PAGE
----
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Staff Draft Review: Steals and Busts

Daniel Kennedy

Daniel Kennedy

Kennedy covers college football and college basketball for RotoWire. A veteran reporter, Kennedy has covered sports for various newspapers in the Southeast.


The RotoWire staff conducted its annual college fantasy football draft last week, with a total of 24 teams participating in this year's edition.

Featuring players from all 120 FBS schools, the draft consisted of 17 rounds. Each team fielded a roster of 2 QB, 3 RB, 4 WR, 1 TE, 1 K, 1 DST and five bench players. Given the nature of the draft pool this year, I believe the ninth pick I inherited was not particularly fortuitous.

A pair of do-everything quarterbacks headlined the top of the draft board, as Jordan Lynch and Johnny Manziel were gone with picks one and two. Workhorse running backs and big-play wide receivers were next off the board. Neither of my targets who fit this description fell to me at 9 as I was hoping. Instead, Sammy Watkins and Duke Johnson were off the board at 5 and 6, respectively.

That left me with the choice to select the best feature back available, or roll the dice on a toolsy quarterback slotted as a mid-first round value. After seriously considering reaching for Braxton Miller, I ultimately "settled" for Antonio Andrews. He is coming off a season in which he came 89 yards shy of the NCAA record for all-purpose yardage. Unfortunately, questions loom with Bobby Petrino taking the reins as new coach of the Hilltoppers. Notoriously pass-happy, Petrino will again install an offense that will utilize the gifts of his receivers. Fortunately, Andrews is an excellent receiver out of the backfield and should make up for a lack of carries with touches in the passing game.

The entirety of my draft shook out as follows:

1. (9) Antonio Andrews, RB, Western Kentucky
2. (40) Stefon Diggs, WR, Maryland
3. (57) Devin Gardner, QB, Michigan
4. (88) Eric Ebron, TE, North Carolina
5. (105) Mike Davis, WR, Texas
6. (136) James Wilder, RB, Florida State
7. (153) Michael Bennett, WR, Georgia
8. (184) Devin Smith, WR, Ohio State
9. (201) Kevin Hogan, QB, Stanford
10. (232) Rod Smith, RB, Ohio State
11. (249) Michigan DST
12. (280) Barry Sanders, RB, Stanford
13. (297) Odell Beckham, WR, LSU
14. (328) Keith Marshall, RB, Georgia
15. (345) Arthur Lynch, TE, Georgia
16. (376) Trey Burton, RB, Florida
17. (393) Michael Tart, K, Maryland

Before I get into the specifics of my favorite and least favorite picks, I'd like to offer additional commentary on the ebb and flow of the draft overall. Dual-threat quarterbacks were targeted early and often in the early stages of the draft. Eight were snatched up in the first round, altogether. Positional scarcity dictated that a number of wide receivers went earlier than some expected, and the run on running backs did not start in earnest until the end of the second round. Among the picks I thought represented great value, Peter Schoenke's selection of Aaron Murray in the fifth round - well after the rest of the nation's elite were off the board - was the steal of the draft. Alabama's defense in the second round? Not so much.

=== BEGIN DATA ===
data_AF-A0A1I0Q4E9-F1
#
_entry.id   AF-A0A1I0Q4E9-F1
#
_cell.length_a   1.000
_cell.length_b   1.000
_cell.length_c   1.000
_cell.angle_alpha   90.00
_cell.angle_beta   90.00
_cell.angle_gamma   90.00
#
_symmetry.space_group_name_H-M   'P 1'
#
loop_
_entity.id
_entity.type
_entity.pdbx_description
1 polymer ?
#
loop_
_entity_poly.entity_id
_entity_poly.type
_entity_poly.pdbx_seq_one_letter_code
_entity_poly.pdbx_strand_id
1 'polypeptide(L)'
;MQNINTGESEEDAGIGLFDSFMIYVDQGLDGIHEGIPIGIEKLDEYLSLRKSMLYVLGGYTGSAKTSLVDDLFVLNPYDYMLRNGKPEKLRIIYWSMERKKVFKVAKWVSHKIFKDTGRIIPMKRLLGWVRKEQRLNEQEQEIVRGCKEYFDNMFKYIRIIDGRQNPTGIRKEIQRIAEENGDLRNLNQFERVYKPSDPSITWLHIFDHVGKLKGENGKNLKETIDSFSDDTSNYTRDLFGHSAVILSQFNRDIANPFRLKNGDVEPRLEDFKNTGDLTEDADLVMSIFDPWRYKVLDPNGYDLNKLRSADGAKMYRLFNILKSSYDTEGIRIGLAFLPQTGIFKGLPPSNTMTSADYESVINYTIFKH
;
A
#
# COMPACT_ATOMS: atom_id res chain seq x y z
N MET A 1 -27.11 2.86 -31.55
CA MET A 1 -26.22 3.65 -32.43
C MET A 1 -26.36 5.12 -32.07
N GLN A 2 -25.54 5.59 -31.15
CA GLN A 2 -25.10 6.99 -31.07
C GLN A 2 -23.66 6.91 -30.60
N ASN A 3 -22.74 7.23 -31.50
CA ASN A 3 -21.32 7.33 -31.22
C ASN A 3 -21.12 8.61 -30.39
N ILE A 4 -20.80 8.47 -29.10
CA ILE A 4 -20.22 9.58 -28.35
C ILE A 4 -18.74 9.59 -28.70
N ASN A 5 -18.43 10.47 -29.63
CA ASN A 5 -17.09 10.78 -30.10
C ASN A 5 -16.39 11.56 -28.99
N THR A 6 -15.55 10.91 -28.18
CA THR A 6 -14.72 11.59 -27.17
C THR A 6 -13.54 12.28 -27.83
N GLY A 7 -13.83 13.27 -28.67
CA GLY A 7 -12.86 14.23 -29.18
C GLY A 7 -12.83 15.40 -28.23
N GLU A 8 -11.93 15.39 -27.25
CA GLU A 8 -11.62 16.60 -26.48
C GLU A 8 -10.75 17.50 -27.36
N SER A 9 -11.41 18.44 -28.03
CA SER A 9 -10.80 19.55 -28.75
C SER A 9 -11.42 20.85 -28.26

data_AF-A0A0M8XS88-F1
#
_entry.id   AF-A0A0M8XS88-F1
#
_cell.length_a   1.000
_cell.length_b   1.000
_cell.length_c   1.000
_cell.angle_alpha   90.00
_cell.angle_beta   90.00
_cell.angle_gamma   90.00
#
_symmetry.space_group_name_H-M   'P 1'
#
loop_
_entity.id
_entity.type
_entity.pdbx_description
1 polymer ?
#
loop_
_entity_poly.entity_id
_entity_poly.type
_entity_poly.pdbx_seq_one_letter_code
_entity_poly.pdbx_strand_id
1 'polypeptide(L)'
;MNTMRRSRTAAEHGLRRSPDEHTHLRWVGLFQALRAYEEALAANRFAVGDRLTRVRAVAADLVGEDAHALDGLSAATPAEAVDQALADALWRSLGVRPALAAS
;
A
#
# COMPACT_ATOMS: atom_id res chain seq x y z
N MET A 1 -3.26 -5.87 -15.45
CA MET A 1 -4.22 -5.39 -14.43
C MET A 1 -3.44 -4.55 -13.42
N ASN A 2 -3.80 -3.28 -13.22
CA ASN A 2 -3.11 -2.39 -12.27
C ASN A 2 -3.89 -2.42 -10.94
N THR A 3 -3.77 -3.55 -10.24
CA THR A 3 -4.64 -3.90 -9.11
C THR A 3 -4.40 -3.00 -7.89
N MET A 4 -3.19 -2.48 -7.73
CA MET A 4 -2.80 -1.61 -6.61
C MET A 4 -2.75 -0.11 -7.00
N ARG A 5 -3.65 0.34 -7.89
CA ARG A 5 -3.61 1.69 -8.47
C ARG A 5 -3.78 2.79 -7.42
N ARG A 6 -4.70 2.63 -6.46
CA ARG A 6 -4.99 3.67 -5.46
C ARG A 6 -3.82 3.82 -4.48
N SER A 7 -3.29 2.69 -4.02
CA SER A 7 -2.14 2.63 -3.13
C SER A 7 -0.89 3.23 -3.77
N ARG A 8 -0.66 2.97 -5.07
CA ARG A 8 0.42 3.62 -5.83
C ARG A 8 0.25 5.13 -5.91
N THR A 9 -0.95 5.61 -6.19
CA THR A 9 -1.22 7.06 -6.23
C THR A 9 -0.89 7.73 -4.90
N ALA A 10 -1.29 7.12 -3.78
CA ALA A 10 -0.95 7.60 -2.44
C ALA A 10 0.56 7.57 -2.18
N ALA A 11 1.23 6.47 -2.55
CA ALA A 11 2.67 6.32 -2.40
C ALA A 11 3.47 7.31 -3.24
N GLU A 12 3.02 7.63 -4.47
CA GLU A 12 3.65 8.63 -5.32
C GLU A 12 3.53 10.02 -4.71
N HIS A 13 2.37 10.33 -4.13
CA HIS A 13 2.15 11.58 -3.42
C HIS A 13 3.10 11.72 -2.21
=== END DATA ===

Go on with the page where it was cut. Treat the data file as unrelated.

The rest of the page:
At QB: I am banking on improvement from Gardner after he posted an impressive 11/5 TD/INT ratio last year in place of injured starter Denard Robinson. I anticipate he'll approach 3,000 passing yards as he becomes more comfortable in his first full season as starter in Brady Hoke's pro-style offense. Perhaps the ceiling is not quite elite, but in Hogan, I feel as though I have a solid veteran QB2.

At RB: Andrews will be the bell cow, but Wilder could be the key to my season. I took a gamble on talent here, because Wilder was just the third-leading rusher for the Seminoles last season. Nonetheless, the graduation of Chris Thompson leaves about 100 carries for head coach Jimbo Fisher to divvy out. I expect the former five-star recruit to get the lion's share of them. Entering his junior season, he has not exactly taken a stranglehold of Florida State's backfield as some anticipated. However, this is the year he gets it done.

At WR: I missed out on the top ACC wideout, as Watkins went four picks before I made a pick. In Round 2, I was not necessarily intent on selecting a receiver, but was thankful when Diggs fell to me at 40. The ACC has been a haven for the passing game in recent years and I look forward to seeing what Maryland's latest NFL-caliber talent can do against favorable matchups. He will also be catching balls from someone who is not a fifth-string signal caller, an immediate upgrade over his circumstances last season. Davis is a big target I hope can stretch the field - something he was excellent at last year - and take the next step as a red zone target.

At TE: Ebron is my favorite pick. Taking a tight end might not be regarded as a sexy selection, but he is clearly one of the best of the bunch. Just as importantly, he might have the best quarterback situation of any top-flight tight end in the country. The 6-foot-4, 245-pound behemoth will again be catching balls from Bryn Renner, who is poised to rewrite much of the ACC record book this season. In order to justify the selection, he must improve on his four touchdowns from last year, but has the size and skill to do so.

At K: I was among the last to draft a kicker. This was by design. Tart was one of the many first-year kickers available to me when I made my selection. I believe Maryland's offense will be much improved this season. Otherwise, I will be hitting the waiver wire.

At DST: Michigan allowed 19.8 points per game last year, but I think this is a team - and defense - on the rise. Brady Hoke is a throwback, defensive-minded coach who will get the most out of the quality recruits the Wolverines have amassed over the last several seasons.

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